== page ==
Drivers told to phone NCT for appointment after points rise
Motorists caught without valid certificate now subject to increased penalty and fine
The National Car Testing Service has said the “website is no indication of the available slots”. Photograph: Bryan O’Brien/The Irish Times
All National Car Test (NCT) appointments can be organised within two weeks if motorists inquire through the right means, the organisation has confirmed.
As of Monday, motorists caught driving a vehicle without a valid NCT certificate will be subject to a fixed-charge penalty notice of three points, up from two, and a fine.
Offenders can choose to accept a fine and points on the spot, or take the case to court, where they may be liable to a heavier penalty of five points.
“The website is no indication of the available slots out there either. That’s why we’re saying to people to phone us so we can put them on the priority list in order to get an appointment within two weeks,” said the spokesperson, who confirmed that the national average waiting time is 11 days.
The spokesperson added that although the announcement of revised punishments for driving without a valid certificate has led to a surge in demand for appointments, The testing service would “generally be recruiting at this time of year anyway” and have not hired more staff solely in anticipation of the changes.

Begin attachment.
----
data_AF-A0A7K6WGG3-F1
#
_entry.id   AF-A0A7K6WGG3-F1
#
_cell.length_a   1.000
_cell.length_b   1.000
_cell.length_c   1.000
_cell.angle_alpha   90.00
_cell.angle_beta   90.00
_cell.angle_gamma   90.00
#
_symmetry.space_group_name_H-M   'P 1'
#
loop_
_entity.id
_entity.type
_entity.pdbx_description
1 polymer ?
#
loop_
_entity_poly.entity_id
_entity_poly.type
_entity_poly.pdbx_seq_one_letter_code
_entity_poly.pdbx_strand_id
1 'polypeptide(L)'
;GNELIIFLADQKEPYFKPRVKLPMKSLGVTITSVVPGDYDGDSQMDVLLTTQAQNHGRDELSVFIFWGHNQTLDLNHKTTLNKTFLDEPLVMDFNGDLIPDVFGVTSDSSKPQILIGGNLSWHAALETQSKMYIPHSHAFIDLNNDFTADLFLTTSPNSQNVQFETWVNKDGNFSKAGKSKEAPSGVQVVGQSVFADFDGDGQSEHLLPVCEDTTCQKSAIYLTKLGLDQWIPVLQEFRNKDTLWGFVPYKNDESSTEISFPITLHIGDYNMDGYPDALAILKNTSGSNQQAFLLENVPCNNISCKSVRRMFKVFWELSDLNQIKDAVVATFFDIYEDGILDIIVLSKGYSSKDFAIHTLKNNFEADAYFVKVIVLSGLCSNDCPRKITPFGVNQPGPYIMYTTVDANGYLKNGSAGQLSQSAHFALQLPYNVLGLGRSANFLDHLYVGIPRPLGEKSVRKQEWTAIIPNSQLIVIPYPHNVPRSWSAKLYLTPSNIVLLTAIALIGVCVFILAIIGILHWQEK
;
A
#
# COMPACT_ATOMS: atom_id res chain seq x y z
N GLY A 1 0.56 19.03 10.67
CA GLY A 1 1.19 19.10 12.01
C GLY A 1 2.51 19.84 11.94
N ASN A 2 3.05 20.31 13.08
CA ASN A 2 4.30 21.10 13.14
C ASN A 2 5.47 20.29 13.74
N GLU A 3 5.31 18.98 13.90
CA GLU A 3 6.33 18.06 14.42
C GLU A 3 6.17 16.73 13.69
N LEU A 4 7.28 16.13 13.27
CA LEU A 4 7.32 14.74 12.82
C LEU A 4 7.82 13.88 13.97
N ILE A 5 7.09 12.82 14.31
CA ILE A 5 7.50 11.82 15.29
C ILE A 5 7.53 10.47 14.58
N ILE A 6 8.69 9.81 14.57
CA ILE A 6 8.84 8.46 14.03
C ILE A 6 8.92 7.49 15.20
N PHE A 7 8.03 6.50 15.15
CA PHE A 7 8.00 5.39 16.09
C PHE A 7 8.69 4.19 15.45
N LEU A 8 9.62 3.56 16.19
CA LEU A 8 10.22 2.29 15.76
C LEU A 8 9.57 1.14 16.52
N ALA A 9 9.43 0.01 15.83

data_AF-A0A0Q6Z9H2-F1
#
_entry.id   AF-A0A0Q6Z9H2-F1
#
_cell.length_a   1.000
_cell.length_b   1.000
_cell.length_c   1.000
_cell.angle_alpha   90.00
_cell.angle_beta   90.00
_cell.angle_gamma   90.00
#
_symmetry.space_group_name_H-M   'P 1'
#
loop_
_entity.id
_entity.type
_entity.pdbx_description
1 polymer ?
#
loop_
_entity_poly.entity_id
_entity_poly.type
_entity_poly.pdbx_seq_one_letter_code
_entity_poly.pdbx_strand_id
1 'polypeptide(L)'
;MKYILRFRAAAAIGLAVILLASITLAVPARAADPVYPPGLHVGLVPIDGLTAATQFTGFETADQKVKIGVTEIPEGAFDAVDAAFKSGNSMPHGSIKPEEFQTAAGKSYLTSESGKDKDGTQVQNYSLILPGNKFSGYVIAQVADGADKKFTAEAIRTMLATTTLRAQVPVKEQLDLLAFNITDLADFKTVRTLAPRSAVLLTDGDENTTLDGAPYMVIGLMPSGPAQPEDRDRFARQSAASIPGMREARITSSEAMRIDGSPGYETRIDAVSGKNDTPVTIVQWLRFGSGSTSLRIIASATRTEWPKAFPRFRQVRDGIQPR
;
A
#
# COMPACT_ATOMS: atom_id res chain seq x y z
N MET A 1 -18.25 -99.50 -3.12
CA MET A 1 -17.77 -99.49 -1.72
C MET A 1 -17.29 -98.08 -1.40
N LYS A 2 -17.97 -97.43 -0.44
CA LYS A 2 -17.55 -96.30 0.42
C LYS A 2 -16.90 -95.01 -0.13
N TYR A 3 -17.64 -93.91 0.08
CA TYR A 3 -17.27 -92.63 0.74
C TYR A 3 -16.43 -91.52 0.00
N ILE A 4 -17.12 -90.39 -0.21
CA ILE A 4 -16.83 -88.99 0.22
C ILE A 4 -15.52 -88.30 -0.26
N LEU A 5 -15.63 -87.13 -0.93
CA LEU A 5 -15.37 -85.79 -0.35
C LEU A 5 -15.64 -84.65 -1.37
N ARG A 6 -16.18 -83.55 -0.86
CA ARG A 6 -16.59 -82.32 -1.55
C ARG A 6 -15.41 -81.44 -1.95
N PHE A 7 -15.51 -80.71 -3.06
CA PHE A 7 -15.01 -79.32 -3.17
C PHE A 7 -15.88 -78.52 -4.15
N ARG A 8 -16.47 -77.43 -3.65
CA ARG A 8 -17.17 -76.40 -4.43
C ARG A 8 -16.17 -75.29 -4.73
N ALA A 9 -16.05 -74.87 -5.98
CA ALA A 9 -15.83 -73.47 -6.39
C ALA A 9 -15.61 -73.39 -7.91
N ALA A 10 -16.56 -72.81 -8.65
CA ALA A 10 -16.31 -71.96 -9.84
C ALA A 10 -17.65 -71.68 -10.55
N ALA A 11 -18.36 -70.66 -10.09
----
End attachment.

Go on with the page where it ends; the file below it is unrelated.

“The introduction of new penalty points measures has increased demand, but in saying that the Road Safety Authority has been running an advertising campaign since September,” she added.
“There is no excuse for a protracted delay for getting the NCT done, so we would encourage people to get on and comply as soon as they can,” he said.
“It’s a legal requirement, it’s no different as a legal requirement on Sunday as compared to Monday. You’re not allowed drive a car around if it has an NCT cert that isn’t fit. The law isn’t changed in that regard, the only thing that’s changed is the punishment,” he added.
“This morning the Minister confirmed that motorists driving without an NCT cert will be fined and given penalty points, even if they have booked an appointment,” said Mr Dooley.
“I believe the Minister should re-examine this situation until the delays have eased. Test centres should be forced to recruit additional staff to help clear the backlog and manage the increased demand.”
According to statistics released from the Central Statistics Office earlier this week, 53 per cent of cars that applied for an NCT failed at the first try, although 94 per cent gained certification after subsequent attempts. Gardaí issued 1,877 penalty-point notices to people driving without valid NCT certification last year.